To Multitenant or not to Multitenant?

To Multitenant or not to Multitenant?

Microsoft in recent months has made leaps and bounds to support Multitenant organizations utilizing Cross-tenant Synchronization to attempt to build a seamless end-user experience. Have they succeeded? Almost! Let’s take a look in this last blogpost of the year.

Why even have multiple tenants?

In a perfect world, every organization would have its own Entra ID tenant as it ultimately makes it easiest to manage. However, organizations may happen to have multiple tenants whether by choice or happenstance.

Multiple tenants for global organizations can make sense in terms of segmentation, security, and management. In other instances, acquisitions or mergers may create the scenario where users from two or more different tenants are now required to collaborate and communicate with each other and access each other’s resources.

To aid in collaboration scenarios between different Entra tenants Microsoft initially developed the B2B collaboration and Direct Connect concepts. These allowed users from different tenants to either have guest accounts created in the target tenant upon invitation (in the case of B2B Collaboration) OR have the option to directly connect to resources without requiring a guest account (in the case of B2B Direct Connect).

While these options work great for the occasional ad-hoc collaboration, they both require a user from the source tenant to first invite the external user. Hardly a nice solution for users expecting to have the same access regardless of which tenant the user may belong to. To remedy this, Microsoft release cross-tenant synchronization:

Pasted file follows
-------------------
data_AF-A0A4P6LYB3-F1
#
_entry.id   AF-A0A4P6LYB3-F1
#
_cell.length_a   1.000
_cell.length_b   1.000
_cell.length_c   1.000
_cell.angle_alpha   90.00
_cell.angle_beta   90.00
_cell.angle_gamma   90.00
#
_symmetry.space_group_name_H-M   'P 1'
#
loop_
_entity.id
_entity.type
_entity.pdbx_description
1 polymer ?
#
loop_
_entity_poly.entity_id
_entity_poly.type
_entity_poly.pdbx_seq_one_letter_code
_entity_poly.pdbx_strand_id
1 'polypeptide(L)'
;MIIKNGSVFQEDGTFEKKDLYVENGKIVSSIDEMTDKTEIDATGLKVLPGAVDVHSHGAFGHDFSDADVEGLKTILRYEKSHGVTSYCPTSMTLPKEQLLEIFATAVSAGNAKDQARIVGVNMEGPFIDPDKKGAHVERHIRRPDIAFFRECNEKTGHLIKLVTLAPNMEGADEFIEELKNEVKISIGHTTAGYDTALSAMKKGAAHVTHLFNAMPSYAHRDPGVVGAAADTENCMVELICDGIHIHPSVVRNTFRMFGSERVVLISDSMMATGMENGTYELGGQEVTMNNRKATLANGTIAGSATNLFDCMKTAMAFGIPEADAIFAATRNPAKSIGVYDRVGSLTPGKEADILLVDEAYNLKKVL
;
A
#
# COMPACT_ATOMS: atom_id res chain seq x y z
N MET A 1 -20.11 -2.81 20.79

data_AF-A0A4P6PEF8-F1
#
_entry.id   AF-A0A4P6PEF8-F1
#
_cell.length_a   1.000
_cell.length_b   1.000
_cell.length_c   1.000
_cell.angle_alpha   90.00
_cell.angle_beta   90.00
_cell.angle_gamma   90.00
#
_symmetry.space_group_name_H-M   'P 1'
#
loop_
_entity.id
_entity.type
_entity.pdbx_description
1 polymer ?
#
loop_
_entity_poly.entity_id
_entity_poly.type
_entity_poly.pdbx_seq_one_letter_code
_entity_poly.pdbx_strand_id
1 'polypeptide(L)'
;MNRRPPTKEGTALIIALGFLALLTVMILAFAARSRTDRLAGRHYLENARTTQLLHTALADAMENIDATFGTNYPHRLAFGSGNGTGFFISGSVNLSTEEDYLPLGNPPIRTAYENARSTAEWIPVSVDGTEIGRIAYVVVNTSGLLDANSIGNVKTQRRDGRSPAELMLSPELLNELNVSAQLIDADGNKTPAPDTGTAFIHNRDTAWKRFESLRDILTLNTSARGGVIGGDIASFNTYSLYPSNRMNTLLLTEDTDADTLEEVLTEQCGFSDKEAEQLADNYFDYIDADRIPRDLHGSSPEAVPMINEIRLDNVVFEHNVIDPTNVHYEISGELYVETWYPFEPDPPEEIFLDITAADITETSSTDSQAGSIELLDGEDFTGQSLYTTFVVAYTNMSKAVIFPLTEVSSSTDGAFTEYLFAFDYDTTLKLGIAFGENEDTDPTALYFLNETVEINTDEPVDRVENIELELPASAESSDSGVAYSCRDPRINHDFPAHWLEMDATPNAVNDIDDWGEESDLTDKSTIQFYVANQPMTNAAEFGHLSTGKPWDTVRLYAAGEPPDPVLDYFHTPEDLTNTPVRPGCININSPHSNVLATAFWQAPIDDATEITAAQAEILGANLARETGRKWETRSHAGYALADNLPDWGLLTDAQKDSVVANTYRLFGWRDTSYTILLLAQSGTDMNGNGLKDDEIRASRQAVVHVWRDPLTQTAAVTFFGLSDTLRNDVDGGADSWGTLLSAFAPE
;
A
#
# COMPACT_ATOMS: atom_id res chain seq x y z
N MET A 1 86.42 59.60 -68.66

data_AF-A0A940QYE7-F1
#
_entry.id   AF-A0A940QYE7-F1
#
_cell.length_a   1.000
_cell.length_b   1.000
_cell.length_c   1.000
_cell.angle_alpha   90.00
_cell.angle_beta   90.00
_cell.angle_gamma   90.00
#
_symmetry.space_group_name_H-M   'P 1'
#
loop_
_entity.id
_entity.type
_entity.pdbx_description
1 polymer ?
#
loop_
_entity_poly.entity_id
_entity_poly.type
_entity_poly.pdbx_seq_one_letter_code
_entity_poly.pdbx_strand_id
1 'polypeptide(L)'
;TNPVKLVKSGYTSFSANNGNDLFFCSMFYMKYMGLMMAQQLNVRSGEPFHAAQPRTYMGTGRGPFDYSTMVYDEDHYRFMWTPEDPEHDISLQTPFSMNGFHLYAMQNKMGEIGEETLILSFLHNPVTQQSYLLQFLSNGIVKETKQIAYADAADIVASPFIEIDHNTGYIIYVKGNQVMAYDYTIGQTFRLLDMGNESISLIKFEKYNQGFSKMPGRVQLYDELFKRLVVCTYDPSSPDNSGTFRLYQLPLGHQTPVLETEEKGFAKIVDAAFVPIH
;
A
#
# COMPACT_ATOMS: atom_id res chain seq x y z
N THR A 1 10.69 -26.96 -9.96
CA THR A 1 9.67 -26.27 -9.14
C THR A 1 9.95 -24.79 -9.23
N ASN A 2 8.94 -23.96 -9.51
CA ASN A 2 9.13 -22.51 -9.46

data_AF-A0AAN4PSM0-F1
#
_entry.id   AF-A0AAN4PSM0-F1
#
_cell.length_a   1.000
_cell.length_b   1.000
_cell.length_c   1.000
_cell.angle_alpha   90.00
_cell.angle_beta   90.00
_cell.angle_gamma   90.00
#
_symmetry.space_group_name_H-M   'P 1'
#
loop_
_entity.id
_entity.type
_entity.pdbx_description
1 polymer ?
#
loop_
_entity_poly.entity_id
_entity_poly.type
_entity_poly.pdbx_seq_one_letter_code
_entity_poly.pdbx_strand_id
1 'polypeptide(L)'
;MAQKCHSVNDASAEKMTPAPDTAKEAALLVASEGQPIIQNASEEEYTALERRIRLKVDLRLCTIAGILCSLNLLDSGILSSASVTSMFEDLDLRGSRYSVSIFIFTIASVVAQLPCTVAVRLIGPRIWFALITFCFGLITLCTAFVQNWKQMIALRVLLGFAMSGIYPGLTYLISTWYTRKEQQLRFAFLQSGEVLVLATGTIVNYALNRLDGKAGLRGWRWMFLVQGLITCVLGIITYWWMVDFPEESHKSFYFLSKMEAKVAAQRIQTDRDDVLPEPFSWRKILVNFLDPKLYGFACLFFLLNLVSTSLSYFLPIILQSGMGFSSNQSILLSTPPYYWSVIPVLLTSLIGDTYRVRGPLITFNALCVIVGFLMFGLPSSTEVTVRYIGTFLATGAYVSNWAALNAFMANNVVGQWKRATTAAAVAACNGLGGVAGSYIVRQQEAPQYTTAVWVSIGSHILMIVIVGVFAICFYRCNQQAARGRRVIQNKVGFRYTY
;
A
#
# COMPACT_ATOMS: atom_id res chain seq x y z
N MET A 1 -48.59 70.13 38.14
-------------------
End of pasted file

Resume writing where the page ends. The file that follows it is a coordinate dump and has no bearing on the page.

Cross-tenant Synchronization

Just recently released into General Availability is cross-tenant synchronization which allows two tenants to synchronize their user identities in various configurations and topologies:

In essence it automates lifecycle management of B2B collaboration users but does little more than that. It helps in scenarios where traditionally invitations would be sent to individual users needing to collaborate between the two tenants. Instead of doing it on a user-by-user basis, cross-tenant synchronization allows specified groups of users (or the entire tenant) to be synchronized all at once.

Multitenant Organizations (MTO)

Currently in preview is Multitenant organizations (MTO) in Microsoft 365 which builds on top of cross-tenant synchronization (in fact, it creates similar configurations). In addition, MTO will also synchronize People Search enabling search and discovery of users across multiple tenants. This creates for a much more seamless experience between tenants for end users as they won’t have to know exactly who they need to collaborate with any longer.

The settings are managed within the M365 Admin portal instead of through Entra ID but still has many of the same pre-requisites as cross-tenant synchronization (since that’s what is used).

Configurations are made simpler when compared to the cross-tenant synchronization settings with the only configurations required is sending invitations to join the Multitenant collaboration to other tenants and setting up the users to be synchronized across.
Each Multitenant collaboration setup is made up of a single ‘Owner’ role with all other tenants being invited in by the owner to be ‘Members’.

When a member tenant accepts the invitation (which requires an administrator to do so from within the M365 Admin Portal) a cross-tenant synchronization configuration is made prepended with ‘MTO-Sync_’ followed by the tenant ID of the Owner tenant: